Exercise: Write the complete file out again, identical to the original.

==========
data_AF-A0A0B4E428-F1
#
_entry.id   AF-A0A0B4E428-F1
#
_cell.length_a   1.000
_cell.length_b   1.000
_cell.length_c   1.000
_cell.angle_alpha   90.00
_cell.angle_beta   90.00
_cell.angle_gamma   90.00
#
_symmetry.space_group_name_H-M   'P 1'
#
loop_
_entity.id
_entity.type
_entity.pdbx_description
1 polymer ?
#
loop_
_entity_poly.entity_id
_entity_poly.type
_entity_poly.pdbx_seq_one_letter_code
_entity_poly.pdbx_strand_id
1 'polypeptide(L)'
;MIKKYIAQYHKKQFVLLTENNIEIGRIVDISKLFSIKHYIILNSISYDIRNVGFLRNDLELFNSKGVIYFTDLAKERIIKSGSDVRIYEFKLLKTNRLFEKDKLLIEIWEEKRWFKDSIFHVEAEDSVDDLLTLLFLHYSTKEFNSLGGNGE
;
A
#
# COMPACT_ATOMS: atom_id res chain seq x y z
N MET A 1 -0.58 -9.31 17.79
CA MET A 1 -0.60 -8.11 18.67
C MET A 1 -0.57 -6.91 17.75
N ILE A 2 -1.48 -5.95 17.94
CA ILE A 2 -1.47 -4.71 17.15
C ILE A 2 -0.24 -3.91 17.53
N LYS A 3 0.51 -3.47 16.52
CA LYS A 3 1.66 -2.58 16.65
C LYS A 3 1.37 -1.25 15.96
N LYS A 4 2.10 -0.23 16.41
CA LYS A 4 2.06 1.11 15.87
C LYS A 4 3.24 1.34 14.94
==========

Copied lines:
data_AF-A0A0B4E428-F1
#
_entry.id   AF-A0A0B4E428-F1
#
_cell.length_a   1.000
_cell.length_b   1.000
_cell.length_c   1.000
_cell.angle_alpha   90.00
_cell.angle_beta   90.00
_cell.angle_gamma   90.00
#
_symmetry.space_group_name_H-M   'P 1'
#
loop_
_entity.id
_entity.type
_entity.pdbx_description
1 polymer ?
#
loop_
_entity_poly.entity_id
_entity_poly.type
_entity_poly.pdbx_seq_one_letter_code
_entity_poly.pdbx_strand_id
1 'polypeptide(L)'
;MIKKYIAQYHKKQFVLLTENNIEIGRIVDISKLFSIKHYIILNSISYDIRNVGFLRNDLELFNSKGVIYFTDLAKERIIKSGSDVRIYEFKLLKTNRLFEKDKLLIEIWEEKRWFKDSIFHVEAEDSVDDLLTLLFLHYSTKEFNSLGGNGE
;
A
#
# COMPACT_ATOMS: atom_id res chain seq x y z
N MET A 1 -0.58 -9.31 17.79
CA MET A 1 -0.60 -8.11 18.67
C MET A 1 -0.57 -6.91 17.75
N ILE A 2 -1.48 -5.95 17.94
CA ILE A 2 -1.47 -4.71 17.15
C ILE A 2 -0.24 -3.91 17.53
N LYS A 3 0.51 -3.47 16.52
CA LYS A 3 1.66 -2.58 16.65
C LYS A 3 1.37 -1.25 15.96
N LYS A 4 2.10 -0.23 16.41
CA LYS A 4 2.06 1.11 15.87
C LYS A 4 3.24 1.34 14.94